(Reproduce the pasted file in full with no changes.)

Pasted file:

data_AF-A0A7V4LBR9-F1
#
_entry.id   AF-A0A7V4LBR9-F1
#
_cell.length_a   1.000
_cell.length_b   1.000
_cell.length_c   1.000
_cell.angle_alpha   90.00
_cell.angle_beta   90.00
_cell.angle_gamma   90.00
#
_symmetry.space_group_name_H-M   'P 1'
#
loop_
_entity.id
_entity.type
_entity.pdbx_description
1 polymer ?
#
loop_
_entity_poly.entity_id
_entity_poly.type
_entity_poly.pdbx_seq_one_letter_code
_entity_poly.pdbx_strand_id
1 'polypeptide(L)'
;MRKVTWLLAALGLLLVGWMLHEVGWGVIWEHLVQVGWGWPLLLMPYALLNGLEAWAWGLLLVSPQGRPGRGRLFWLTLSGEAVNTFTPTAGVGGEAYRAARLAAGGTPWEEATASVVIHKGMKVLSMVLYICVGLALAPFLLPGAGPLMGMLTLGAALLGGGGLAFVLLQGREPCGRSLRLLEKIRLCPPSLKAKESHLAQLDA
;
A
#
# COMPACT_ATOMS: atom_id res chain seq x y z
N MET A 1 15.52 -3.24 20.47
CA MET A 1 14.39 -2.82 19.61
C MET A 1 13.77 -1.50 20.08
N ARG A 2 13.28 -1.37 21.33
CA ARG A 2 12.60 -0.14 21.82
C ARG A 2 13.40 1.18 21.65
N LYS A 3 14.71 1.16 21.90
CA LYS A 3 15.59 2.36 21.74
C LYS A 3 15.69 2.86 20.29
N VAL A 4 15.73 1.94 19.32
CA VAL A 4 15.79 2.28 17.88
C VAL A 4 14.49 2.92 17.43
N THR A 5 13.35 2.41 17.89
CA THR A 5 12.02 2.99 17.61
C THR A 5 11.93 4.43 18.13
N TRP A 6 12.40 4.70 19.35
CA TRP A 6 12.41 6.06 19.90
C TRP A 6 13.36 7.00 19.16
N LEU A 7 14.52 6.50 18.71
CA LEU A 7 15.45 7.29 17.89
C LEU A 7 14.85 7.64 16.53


data_AF-A0A7V4LBR9-F1
#
_entry.id   AF-A0A7V4LBR9-F1
#
_cell.length_a   1.000
_cell.length_b   1.000
_cell.length_c   1.000
_cell.angle_alpha   90.00
_cell.angle_beta   90.00
_cell.angle_gamma   90.00
#
_symmetry.space_group_name_H-M   'P 1'
#
loop_
_entity.id
_entity.type
_entity.pdbx_description
1 polymer ?
#
loop_
_entity_poly.entity_id
_entity_poly.type
_entity_poly.pdbx_seq_one_letter_code
_entity_poly.pdbx_strand_id
1 'polypeptide(L)'
;MRKVTWLLAALGLLLVGWMLHEVGWGVIWEHLVQVGWGWPLLLMPYALLNGLEAWAWGLLLVSPQGRPGRGRLFWLTLSGEAVNTFTPTAGVGGEAYRAARLAAGGTPWEEATASVVIHKGMKVLSMVLYICVGLALAPFLLPGAGPLMGMLTLGAALLGGGGLAFVLLQGREPCGRSLRLLEKIRLCPPSLKAKESHLAQLDA
;
A
#
# COMPACT_ATOMS: atom_id res chain seq x y z
N MET A 1 15.52 -3.24 20.47
CA MET A 1 14.39 -2.82 19.61
C MET A 1 13.77 -1.50 20.08
N ARG A 2 13.28 -1.37 21.33
CA ARG A 2 12.60 -0.14 21.82
C ARG A 2 13.40 1.18 21.65
N LYS A 3 14.71 1.16 21.90
CA LYS A 3 15.59 2.36 21.74
C LYS A 3 15.69 2.86 20.29
N VAL A 4 15.73 1.94 19.32
CA VAL A 4 15.79 2.28 17.88
C VAL A 4 14.49 2.92 17.43
N THR A 5 13.35 2.41 17.89
CA THR A 5 12.02 2.99 17.61
C THR A 5 11.93 4.43 18.13
N TRP A 6 12.40 4.70 19.35
CA TRP A 6 12.41 6.06 19.90
C TRP A 6 13.36 7.00 19.16
N LEU A 7 14.52 6.50 18.71
CA LEU A 7 15.45 7.29 17.89
C LEU A 7 14.85 7.64 16.53